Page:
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We lost a good friend last year. I can just see Big George and Joan Read sitting at her kitchen table talking and laughing together, as I like to imagine them now. George came by Norfolks honestly through its one great historian, Joan Read. He and Joan were good Lab buddies and he actually knew Joan before Norfolks, when the terriers at Chidley were the prick-eared variety. He never coveted a Norwich, but was really taken with the Norfolks. He always told the story of watching the breed ringside (when it was one) with a friend who bred Skye Terriers. His friend said, "I really like this breed." George asked, "Which ones, the prick or drop?" He was astonished to find his friend preferred the prick-ears.
George was a reliable sounding board for Joan as she wrote her definitive book on the breed, The Norfolk Terrier. They conferred regularly over the telephone and George spent many weekends in Oyster Bay helping Joan sort out her ideas. By that time George had a Norfolk Terrier of his own, "Lil Jo", who was his constant companion. He told the story about bringing a Labrador up to the front seat of his truck when he felt the back was too cold, and "Jo-Jo" giving him the evil eye. "That is her seat, Linda, and she was really angry with me." I don't think she ever had to share her seat again until George's wife Mary came along. Jo-Jo was only too happy to share with Mary who won George's heart when she presented him with a pedigree of Jo-Jo that went back to the beginning of time! Mary had actually developed a computer database of all Jo-Jo's ancestors.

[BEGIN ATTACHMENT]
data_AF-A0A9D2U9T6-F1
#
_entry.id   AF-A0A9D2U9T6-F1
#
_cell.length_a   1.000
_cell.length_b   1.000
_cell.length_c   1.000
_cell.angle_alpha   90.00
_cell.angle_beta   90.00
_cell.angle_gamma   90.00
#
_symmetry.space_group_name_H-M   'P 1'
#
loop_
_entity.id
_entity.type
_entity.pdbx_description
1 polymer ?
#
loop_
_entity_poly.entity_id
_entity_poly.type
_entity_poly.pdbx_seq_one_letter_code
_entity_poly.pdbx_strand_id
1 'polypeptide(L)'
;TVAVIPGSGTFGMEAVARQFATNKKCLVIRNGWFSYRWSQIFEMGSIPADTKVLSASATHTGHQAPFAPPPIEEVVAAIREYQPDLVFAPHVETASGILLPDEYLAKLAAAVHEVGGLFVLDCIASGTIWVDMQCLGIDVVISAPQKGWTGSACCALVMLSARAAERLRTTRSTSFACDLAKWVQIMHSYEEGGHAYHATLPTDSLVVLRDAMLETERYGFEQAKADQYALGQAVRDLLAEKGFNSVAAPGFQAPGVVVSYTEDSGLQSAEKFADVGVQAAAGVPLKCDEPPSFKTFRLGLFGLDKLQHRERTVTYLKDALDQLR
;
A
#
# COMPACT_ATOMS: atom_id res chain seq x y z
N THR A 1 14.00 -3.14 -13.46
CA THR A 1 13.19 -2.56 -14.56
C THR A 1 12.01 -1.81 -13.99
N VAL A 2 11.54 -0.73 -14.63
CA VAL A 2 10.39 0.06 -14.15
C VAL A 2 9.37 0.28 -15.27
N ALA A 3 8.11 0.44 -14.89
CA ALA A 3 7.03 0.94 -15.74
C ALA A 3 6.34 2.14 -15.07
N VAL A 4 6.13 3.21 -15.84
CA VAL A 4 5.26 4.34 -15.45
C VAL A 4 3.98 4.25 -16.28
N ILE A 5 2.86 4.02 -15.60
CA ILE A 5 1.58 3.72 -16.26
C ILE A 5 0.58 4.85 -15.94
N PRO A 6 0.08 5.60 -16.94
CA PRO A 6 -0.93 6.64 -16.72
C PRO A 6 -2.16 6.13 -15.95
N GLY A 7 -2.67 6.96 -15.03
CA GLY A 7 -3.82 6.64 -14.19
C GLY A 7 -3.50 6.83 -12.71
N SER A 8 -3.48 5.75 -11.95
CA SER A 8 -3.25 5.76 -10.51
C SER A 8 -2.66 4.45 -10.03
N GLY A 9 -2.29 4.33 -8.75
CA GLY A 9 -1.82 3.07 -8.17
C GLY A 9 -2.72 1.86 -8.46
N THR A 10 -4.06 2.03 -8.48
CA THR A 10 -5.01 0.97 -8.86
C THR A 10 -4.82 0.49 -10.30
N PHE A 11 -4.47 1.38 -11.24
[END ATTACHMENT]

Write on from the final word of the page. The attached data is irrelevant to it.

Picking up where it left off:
George was there with Joan and all of us when we started ANTA, giving words of encouragement, lending support at those first matches, and even judging a few for us. He was a founding member of the Potomac Labrador Club whose specialty entry is now so large, it takes two days to judge. He was serving as its President when he died. George was a well known retriever judge and had a good eye for all breeds. He knew what he liked in a Norfolk Terrier...plenty of spunk and lots of drive! When I used to whine to him about my own Norfolks scrapping with each other, he'd say, "But they're terriers, Linda." Jo-Jo was certainly nothing like a Labrador, but he adored her terrier temperament.
I miss my friends, Joan and George. I miss the many good times we shared together just talking dogs. They both told lovely dog stories, mostly about Labradors. George was an avid wildfowl hunter and never without a Lab he'd trained himself in his boat or duck blind. In later years, a small brown terrier could be seen at his side riding shotgun in his johnboat, or running alongside in the harvested cornfields on Maryland's Eastern Shore.
ANTIC March, 1998
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